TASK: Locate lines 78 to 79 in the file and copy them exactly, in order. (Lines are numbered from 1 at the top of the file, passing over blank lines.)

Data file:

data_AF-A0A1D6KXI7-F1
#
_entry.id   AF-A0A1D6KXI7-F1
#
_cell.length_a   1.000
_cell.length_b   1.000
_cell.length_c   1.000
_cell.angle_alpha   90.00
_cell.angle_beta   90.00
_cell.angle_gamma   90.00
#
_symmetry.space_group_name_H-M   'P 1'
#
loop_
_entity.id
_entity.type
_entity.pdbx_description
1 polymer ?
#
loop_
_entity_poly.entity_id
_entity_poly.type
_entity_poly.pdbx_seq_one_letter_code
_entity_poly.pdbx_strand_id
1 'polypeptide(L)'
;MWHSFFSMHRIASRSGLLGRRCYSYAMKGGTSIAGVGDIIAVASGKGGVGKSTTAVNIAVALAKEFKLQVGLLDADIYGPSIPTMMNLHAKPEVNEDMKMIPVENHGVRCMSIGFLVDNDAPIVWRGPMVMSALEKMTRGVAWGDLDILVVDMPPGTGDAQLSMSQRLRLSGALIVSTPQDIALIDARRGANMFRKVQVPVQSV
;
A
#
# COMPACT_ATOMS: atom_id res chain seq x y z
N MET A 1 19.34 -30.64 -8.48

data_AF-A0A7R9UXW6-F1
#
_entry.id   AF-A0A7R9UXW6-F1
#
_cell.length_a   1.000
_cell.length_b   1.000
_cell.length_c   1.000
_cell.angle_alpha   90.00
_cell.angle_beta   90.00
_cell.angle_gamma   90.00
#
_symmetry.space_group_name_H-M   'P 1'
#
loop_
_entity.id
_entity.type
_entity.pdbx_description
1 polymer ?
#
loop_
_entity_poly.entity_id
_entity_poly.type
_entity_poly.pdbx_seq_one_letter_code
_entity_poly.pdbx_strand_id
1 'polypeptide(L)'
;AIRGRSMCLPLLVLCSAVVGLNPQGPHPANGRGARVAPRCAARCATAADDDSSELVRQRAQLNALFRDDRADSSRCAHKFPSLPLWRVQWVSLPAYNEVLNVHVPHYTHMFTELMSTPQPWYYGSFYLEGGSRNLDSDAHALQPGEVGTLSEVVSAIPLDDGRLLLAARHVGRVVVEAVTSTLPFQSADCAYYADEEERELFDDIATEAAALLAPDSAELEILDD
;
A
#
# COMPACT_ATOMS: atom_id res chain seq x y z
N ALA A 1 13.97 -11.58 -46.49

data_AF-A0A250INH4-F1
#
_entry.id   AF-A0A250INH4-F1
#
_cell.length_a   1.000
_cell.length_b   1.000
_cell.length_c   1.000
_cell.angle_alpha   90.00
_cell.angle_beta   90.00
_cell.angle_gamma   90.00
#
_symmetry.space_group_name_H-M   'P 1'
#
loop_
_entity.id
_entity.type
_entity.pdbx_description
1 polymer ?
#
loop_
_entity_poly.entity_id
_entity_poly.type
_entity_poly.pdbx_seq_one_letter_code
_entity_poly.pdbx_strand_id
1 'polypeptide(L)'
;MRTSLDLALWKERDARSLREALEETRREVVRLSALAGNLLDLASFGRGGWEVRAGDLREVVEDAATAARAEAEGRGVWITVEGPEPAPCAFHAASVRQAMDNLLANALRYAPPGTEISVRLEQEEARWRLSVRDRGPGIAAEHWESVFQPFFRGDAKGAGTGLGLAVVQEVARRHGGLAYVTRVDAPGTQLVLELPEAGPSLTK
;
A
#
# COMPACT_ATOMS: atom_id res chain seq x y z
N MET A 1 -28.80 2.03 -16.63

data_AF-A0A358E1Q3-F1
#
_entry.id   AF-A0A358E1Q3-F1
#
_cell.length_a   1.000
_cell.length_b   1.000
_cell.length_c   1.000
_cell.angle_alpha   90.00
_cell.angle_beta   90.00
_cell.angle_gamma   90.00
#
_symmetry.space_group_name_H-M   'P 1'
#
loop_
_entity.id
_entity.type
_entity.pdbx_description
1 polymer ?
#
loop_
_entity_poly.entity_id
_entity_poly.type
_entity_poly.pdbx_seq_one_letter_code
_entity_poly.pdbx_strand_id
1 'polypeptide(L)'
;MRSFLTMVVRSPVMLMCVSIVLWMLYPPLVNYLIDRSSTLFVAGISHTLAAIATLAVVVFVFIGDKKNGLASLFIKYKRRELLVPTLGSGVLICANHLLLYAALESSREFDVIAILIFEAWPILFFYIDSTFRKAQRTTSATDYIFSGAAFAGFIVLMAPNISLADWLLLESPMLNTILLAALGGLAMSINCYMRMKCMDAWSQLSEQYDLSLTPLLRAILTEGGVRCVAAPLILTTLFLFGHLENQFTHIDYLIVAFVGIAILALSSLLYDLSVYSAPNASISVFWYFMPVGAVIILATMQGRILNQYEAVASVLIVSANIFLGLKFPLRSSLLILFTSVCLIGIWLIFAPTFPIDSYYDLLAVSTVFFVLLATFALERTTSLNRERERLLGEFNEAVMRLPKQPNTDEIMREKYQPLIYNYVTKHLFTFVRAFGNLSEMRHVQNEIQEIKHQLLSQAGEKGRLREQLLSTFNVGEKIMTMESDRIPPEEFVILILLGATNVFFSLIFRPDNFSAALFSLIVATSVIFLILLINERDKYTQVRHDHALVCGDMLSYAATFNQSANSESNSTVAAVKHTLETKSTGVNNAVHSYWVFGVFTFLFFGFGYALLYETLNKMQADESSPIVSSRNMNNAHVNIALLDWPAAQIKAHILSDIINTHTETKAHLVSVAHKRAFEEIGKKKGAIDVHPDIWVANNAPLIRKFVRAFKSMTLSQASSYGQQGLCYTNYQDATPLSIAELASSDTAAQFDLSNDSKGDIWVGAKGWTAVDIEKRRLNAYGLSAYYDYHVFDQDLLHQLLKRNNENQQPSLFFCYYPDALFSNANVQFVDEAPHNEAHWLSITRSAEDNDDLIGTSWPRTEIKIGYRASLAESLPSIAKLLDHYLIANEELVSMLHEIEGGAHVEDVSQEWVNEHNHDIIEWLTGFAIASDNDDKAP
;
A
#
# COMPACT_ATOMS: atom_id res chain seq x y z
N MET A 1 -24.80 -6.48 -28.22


_entity.type
_entity.pdbx_description